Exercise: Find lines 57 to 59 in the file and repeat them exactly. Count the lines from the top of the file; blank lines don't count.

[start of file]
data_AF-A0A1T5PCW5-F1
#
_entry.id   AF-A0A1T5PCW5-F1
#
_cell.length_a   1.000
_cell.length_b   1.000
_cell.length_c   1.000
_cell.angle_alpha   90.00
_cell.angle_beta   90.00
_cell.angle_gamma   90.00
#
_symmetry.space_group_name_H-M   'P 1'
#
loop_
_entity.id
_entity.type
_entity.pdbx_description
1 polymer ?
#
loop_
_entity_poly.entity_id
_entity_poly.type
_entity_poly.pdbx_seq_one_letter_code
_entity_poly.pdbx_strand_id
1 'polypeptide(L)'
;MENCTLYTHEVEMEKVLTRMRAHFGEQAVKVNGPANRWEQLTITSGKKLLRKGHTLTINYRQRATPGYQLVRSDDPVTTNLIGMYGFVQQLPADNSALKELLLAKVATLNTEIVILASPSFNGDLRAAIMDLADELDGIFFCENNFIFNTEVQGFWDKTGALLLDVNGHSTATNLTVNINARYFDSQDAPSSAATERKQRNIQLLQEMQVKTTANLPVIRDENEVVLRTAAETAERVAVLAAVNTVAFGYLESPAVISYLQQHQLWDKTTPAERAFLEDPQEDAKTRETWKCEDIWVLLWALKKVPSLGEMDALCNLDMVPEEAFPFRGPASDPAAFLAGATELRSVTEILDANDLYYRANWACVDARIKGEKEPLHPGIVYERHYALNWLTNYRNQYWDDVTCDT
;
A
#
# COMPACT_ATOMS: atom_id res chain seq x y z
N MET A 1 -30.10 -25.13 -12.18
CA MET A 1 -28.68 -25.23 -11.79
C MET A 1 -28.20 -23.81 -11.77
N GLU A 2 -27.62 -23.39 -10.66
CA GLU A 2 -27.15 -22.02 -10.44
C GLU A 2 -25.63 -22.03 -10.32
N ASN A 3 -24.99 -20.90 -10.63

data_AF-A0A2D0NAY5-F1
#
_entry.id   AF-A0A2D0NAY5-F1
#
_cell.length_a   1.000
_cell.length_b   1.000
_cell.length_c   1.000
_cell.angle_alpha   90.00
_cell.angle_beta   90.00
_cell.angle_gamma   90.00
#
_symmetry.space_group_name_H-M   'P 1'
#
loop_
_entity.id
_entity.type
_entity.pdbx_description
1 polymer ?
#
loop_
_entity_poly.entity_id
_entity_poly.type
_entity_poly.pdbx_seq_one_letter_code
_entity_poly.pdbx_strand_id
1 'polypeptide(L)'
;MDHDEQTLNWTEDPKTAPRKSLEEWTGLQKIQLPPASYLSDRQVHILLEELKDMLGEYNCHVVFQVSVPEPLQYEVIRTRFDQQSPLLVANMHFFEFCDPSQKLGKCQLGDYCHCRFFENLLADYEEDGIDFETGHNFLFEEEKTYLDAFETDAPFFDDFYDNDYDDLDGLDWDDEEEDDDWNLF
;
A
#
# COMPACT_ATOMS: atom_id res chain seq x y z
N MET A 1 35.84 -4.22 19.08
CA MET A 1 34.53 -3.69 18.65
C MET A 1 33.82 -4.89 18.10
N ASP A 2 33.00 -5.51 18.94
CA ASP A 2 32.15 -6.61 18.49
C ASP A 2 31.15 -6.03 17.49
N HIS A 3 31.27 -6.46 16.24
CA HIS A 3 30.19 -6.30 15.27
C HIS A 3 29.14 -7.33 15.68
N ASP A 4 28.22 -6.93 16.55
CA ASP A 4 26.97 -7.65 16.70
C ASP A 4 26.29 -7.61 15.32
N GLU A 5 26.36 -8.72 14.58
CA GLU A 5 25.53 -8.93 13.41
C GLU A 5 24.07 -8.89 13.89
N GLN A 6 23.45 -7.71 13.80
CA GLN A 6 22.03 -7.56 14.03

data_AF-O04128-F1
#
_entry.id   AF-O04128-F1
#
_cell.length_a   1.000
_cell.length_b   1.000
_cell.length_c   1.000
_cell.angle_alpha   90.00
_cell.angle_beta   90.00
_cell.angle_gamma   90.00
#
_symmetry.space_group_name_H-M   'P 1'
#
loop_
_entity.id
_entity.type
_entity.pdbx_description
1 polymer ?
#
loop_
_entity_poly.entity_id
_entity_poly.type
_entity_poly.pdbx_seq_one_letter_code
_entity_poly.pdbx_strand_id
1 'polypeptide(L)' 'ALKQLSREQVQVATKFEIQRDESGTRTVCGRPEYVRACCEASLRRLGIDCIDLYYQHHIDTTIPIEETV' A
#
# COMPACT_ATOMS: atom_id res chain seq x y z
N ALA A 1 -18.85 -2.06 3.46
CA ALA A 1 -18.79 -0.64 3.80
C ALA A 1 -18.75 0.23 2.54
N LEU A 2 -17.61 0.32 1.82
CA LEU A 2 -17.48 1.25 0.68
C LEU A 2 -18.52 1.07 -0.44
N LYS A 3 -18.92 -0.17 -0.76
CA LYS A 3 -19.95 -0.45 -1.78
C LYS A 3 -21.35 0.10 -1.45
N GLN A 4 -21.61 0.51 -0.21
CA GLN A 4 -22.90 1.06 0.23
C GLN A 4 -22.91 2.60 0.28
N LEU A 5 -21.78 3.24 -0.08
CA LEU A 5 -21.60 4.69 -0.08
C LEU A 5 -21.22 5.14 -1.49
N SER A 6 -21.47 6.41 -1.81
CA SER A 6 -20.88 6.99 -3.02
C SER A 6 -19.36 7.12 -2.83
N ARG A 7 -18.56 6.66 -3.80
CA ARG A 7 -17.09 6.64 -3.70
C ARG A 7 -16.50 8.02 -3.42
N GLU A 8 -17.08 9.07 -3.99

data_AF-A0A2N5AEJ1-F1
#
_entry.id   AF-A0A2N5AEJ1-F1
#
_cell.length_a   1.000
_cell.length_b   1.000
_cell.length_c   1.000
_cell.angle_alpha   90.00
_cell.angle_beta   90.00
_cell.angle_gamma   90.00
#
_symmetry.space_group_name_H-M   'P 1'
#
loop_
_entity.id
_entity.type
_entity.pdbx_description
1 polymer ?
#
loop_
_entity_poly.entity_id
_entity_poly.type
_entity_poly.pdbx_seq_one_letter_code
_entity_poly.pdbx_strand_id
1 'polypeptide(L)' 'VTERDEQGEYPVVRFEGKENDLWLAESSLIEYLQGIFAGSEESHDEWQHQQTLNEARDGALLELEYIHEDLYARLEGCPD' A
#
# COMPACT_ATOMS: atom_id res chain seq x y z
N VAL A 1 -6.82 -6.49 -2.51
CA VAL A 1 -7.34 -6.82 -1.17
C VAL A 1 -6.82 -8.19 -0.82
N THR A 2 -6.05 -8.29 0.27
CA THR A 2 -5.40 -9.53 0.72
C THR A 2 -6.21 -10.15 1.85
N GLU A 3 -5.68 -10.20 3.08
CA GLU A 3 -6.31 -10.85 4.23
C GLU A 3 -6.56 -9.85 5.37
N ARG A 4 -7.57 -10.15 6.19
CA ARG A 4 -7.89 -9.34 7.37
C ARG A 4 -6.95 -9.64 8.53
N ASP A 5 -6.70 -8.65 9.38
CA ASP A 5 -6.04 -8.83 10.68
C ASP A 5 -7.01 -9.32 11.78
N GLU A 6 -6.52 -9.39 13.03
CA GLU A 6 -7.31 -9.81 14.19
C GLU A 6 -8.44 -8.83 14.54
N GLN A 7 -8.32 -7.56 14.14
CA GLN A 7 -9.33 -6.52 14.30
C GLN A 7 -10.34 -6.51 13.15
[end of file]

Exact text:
loop_
_entity_poly.entity_id
_entity_poly.type